On Lithuania
Here is a selection of my writings as an expat.

The Expat Experience

A column I wrote for the British Chamber of Commerce in Lithuania.
Everybody is aware of the ridiculously archaic practice of smoking cigarettes and listening to loud music after dark, and I am pleased to report that both are now almost completely illegal in Vilnius. Cancer is expected to be eliminated entirely, and young people are welcoming the opportunity to go home at 6pm to get some peaceful sleep. The War On Graffiti isn't going very well, but that's something that capital punishment can easily sort out, and I fully expect this essential measure to be introduced soon. I am looking forward to the time when the violence and health risks associated with drinking alcohol are dealt with equally vigorously.
In this column I have been urging businesses to be more creative and to take more risks with homegrown talent. Since the last time I wrote, things here have become even worse. The myth of the tiger economy is finally biting back at Lithuania, as the enormous amount of foreign money that was thrown around for the last three years has produced only inflation, traffic congestion, bad credit, and a surplus of low quality housing masquerading as luxury apartments. That wasn't hard to predict, was it?


A blog post that received strong support from my adopted home town.
I am sitting here, in the Cultural Capital of Europe 2009: Vilnius, Lithuania.
Officially, the project has been a complete failure. The money was stolen, the events were unimaginative, lame and unsustainable.
Officially, the excuse is that the global economic crisis is to blame.
But... unofficially, without any politicians noticing, this city has exploded with (sub)culture. Vilnius has always been a special place, and now is a special time.
These days I can't get off facebook and skype, because a thousand talented musicians and artists are collaborating all over my city, and I want to be a part of it.
This is not how the government planned it. They wanted everyone to go to nice safe mainstream events and be nice cultural people, back in bed by eleven thirty, back to work in the morning.
Instead, they failed so badly, culturally and economically, that a whole generation of creative people is sitting here, unemployed, wondering what to do.
In the last few weeks, these unwanted creatives somehow simultaneously figured out what to do, and they started doing it. This city is about to explode.
I lived in the middle of this photo
I lived in the middle of this photo
I love Vilnius, and I think everyone who lives here is going to love it even more over the next year, as more and more of the next generation get their shit together. There is so much amazing unreleased stuff around, and it has to come out sometime.
While I am writing a press release for the third dubstep party of October, I get a press release from someone else about the fourth. This city is a cultural failure? I don't think so.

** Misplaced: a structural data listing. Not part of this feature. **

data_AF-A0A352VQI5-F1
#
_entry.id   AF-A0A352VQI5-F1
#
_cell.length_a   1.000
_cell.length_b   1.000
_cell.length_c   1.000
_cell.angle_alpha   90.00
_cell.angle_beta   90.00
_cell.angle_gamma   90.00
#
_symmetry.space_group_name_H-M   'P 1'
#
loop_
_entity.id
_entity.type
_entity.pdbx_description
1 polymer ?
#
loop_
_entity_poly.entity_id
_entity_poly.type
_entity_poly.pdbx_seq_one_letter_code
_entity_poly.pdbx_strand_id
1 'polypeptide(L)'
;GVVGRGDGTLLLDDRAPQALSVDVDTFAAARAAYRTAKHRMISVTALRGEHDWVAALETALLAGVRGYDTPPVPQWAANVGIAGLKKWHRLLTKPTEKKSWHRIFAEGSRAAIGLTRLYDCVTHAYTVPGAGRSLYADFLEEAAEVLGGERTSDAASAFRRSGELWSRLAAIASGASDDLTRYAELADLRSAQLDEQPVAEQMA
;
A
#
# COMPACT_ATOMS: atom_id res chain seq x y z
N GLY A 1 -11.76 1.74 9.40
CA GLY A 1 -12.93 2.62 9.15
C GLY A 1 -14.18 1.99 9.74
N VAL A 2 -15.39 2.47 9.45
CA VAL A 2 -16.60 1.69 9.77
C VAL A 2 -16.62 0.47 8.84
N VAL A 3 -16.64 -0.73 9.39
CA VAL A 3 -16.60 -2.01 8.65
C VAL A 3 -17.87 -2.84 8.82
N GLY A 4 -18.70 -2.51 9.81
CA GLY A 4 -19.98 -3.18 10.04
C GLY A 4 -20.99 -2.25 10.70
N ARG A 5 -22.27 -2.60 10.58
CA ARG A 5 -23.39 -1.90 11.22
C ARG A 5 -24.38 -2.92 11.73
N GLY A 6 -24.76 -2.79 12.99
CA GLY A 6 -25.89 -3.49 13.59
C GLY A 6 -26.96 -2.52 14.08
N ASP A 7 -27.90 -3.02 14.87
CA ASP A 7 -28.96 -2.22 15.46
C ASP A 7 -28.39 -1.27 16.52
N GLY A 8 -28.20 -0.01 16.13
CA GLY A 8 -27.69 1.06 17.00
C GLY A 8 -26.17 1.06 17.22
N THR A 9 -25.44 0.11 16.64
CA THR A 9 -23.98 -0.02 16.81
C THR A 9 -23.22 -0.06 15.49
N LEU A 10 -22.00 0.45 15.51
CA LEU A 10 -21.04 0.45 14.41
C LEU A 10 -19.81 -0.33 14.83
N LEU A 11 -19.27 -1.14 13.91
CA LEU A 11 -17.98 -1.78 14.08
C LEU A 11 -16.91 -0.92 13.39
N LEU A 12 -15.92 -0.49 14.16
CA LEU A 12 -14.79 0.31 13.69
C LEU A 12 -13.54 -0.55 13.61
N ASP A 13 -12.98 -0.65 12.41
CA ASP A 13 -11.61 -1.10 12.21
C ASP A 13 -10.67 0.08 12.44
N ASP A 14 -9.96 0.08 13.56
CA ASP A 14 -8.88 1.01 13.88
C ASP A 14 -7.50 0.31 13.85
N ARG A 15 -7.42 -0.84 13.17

Never waste a crisis.

Is it hard to learn Lithuanian?

No, the Lithuanian language is not hard to learn. Apologies to those Lithuanians who are proud of the difficulty of their language... it's not difficult. Try to learn Japanese for a day you will know what I mean.
Lithuanian (as every Lithuanian will tell you) is the closest Indo-European language to Sanskrit. It isn't the root of all the languages of Europe, but anyway let's just say it's a very European language, so if you already speak one or two European languages, you're not going to get many surprises.
Lithuanian has a simple vocabulary, tenses are relatively easy to form, verbs are regular, the alphabet is Latin with very few additions, gender and pronunciation is obvious from the spelling, most sounds are shared with other european languages. There are many cases, but they are strict and logical.
And, as an English speaker who struggles with French, German and Russian, I can say that it is interesting how the relatively strict structure of Lithuanian allows you to expand your capabilities quickly. Advertising executives complain that it is too restrictive, but anyway, it makes it easier to learn.
Maybe it's because I learnt computer languages, which are also complicated but strict. Maybe it's because I live in Lithuania, and generally I find languages interesting. Whatever the reason, I don't think Lithuanian is hard to learn. I would recommend that anyone who is visiting Lithuania or working with Lithuanians abroad should give the language a try. Don't let them tell you it's difficult.

Why did you emigrate to Lithuania?

People always ask me, so here's the answer:
Originally, I had no plans about Lithuania, but my family are mostly emigrants to other countries, so I always had emigration on my mind.
I was working with humanbeatbox.com as an event organiser and forum moderator. The community was very international and I started to make contacts in many countries.
One guy kept writing to me the most. He was Def One from the Fresh Rice Crew, and he kept asking when I was going to visit. When I heard that Lithuania was joining the EU, I decided to fly to Vilnius the day before, to meet Def One and make a documentary about New Europe.
In the end, I met so many friends and found such an amazing city, that I decided to stay more permanently. I still haven't finished the documentary, but after six years of Vilnius, I have plenty of stories to tell, and I am proud to call myself a Vilnietis.
Normally people are suspicious that I came here for the women, like a typical British guy on a stag weekend. It's true, I fell in love here, but only once, and I am still with her, many years later.
People also think maybe I have some secret business dealings or perhaps a license to kill, but unfortunately I don't.
Hello, labas, privyet, this is my website.
skype: splinterlt